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Indians outlast rain, White Sox for win

By JOE NOGA • Updated Jun 19, 2018 at 1:10 AM

CLEVELAND — Rain was just about the only thing that put up a fight against Indians pitcher Trevor Bauer on Monday. The Chicago White Sox never got to him, but a 35-minute weather delay ended his night in the seventh inning of the Tribe's 6-2 victory at Progressive Field.

Bauer (6-5, 2.50) continued to pile up strikeouts, moving into a tie for second place on the American League leaderboard with eight whiffs. His effort led the Indians to their sixth win in eight games against the Sox.

He matched Boston's Chris Sale with 129 strikeouts, trailing AL leader Gerritt Cole of Houston. Cole entered his start Monday against Tampa Bay with a league-high 130.

Manager Terry Francona said Bauer has been able to maintain his velocity and movement, and actually get better as games wear on.

"A lot of pitches get through that third time through the order and you start to worry a little bit," Francona said. "But because he hasn't been going to so many deep counts and his stuff gets better, he's every bit as effective."

Bauer fell short of extending his streak of double-digit strikeout starts, but picked up the fifth win in his last seven outings. He threw 100 pitches and lowered his earned-run average to 2.50 on the season. Bauer entered the game with at least 10 strikeouts in five of his last six appearances.

"He works so hard to get ahead and throw strike one and then put guys away," catcher Roberto Perez said of Bauer. "He's pitching his tail off and hopefully he keeps doing that the rest of the way."

Heavy rain forced the delay that ended Bauer's outing in the seventh. It was Bauer's second consecutive start against Chicago after he took a tough-luck loss Wednesday in a game that saw him strike out 12 and allow just three runs in 7 2/3 innings.

He was even better on Monday, taking advantage of two double plays in the first three innings to keep Chicago's offense from ever mounting a serious threat.

Bauer pushed Francona for the chance to finish the game following the delay. He joked afterward that pitching coach Carl Willis was lucky he didn't have to deliver the news that the right-hander was not going back out for the eighth.

"I told him anyone but Tito and I was throwing fists," Bauer said with a grin. "I'm sitting there in the dugout thinking, 'You know, the hard stuff is not going to come down for quite a while.'"

Right-hander Evan Marshall relieved Bauer after the rain delay in the eighth, allowing a run on two hits before leaving with right elbow soreness. Dan Otero pitched the ninth inning for Cleveland, allowing a solo home run to Chicago's Matt Davidson.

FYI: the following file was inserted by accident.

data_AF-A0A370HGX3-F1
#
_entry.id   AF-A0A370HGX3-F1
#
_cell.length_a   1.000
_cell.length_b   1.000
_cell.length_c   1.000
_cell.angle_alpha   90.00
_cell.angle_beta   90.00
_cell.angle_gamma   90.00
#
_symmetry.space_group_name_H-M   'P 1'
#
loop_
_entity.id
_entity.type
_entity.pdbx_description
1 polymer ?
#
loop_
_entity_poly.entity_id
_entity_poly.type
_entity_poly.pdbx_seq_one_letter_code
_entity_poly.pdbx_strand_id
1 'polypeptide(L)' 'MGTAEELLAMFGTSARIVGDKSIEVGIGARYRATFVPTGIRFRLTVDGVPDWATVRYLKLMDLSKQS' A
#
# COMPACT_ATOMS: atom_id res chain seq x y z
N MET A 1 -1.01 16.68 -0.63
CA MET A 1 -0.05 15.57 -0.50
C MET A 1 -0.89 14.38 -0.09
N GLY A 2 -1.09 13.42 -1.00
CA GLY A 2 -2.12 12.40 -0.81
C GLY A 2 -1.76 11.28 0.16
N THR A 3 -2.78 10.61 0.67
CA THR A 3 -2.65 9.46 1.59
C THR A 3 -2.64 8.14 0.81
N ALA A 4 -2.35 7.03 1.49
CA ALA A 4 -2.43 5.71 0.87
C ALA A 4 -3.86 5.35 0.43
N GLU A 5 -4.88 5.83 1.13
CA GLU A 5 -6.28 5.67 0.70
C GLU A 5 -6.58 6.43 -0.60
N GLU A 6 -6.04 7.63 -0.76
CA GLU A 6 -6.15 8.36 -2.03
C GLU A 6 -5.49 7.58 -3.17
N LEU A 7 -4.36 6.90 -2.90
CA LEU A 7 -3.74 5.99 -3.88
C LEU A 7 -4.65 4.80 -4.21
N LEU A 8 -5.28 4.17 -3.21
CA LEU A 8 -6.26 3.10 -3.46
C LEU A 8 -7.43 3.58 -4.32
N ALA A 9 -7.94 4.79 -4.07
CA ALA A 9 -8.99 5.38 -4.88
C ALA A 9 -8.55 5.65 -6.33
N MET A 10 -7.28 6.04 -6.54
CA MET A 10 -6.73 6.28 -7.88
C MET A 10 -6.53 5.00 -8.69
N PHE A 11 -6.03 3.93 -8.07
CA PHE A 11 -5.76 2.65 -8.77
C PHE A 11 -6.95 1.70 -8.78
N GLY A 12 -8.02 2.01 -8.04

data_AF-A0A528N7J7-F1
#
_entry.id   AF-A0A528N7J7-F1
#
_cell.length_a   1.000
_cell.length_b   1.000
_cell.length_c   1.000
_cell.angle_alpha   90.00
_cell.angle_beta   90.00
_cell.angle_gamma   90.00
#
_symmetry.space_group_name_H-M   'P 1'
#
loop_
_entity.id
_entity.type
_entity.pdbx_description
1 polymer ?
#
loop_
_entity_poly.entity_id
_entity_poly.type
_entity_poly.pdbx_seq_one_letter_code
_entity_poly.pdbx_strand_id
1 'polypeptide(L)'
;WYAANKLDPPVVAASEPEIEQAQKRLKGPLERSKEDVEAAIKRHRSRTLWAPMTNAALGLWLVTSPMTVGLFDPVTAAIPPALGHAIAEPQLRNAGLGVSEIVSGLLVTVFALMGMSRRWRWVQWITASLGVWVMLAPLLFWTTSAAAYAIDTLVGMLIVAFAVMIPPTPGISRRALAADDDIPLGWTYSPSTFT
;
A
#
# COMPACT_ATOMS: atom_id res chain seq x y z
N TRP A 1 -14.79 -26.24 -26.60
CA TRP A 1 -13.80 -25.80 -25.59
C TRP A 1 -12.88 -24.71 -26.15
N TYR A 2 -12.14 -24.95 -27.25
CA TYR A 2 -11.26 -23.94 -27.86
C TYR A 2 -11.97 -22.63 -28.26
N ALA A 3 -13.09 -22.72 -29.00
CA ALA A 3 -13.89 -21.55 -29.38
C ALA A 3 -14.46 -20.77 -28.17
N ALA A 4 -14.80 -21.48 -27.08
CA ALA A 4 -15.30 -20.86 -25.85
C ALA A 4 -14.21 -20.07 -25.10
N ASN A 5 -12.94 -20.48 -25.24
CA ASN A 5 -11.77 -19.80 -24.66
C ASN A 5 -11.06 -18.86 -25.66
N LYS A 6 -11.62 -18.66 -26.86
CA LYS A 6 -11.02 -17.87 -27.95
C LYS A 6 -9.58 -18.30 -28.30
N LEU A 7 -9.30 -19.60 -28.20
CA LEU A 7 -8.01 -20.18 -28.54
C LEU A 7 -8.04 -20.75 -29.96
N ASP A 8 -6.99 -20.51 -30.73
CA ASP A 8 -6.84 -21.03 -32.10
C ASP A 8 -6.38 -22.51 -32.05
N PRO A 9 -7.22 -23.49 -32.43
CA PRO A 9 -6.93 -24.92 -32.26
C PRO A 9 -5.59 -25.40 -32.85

Jason Kipnis drove in a pair of runs on three hits, including a solo home run in the fifth inning against White Sox starter Dylan Covey (3-2, 2.90) that gave the Indians a 5-0 advantage.

Kipnis raised his season batting average to .208, including five home runs and 27 RBI. He entered the game hitting .195 in the month of June, but his effort at the plate caught the attention of his starting pitcher.

"Kip's year hasn't gone the way he's wanted so far, but his mind-set and his attitude and stuff like that has been awesome" Bauer said. "So, I'm really happy that he had a night like tonight."

Cleveland got on the scoreboard with three runs in the second inning thanks to a White Sox error and a vanishing act as Perez made the baseball disappear into the right field wall. Perez drove a Covey pitch to right for a bases-loaded ground rule double that brought home Lonnie Chisenhall and Rajai Davis with the first two runs of the game. The ball disappeared on the fly between the wall pad and a chain link fence that separates fans from field level.

Cleveland added another run in the third when Kipnis drove in Davis with an RBI single to right. Davis had reached on a fielder's choice and taken second on an error when Sox first baseman Jose Abreu couldn't handle Covey's pickoff throw.

The Indians batted 1-for-3 with a walk, a strikeout and three RBI in four opportunities with the bases loaded. Chisenhall forced home a run in the sixth when he drew a bases-loaded walk against Chicago reliever Hector Santiago.

Rain or shine

Monday's game entered a rain delay at 9:35 p.m. with the Indians batting in the bottom of the seventh inning. Crews pulled the tarp and play resumed after a 35-minute delay. The last time a game at Progressive Field was shortened by rain was Sept. 20, 2013 against Houston in the top of the seventh inning with the Indians in front, 2-1.

What it means

Cleveland has won 18 of its last 24 games against the White Sox since April of 2017, and improved its record to 6-2 against the South Siders this season. The first-place Tribe picked up a half-game in the American League Central Division standings over the second-place Tigers, who were idle. Cleveland's lead is now three games in the division.

The pitches

Bauer threw 100 pitches, 59 (59 percent) for strikes. Covey threw 94 pitches, 56 (59 percent) for strikes.

Thanks for coming

The White Sox and Indians drew 17,271 fans to Progressive Field on a steamy Monday evening. First pitch was at 7:10 p.m with a temperature of 89 degrees.

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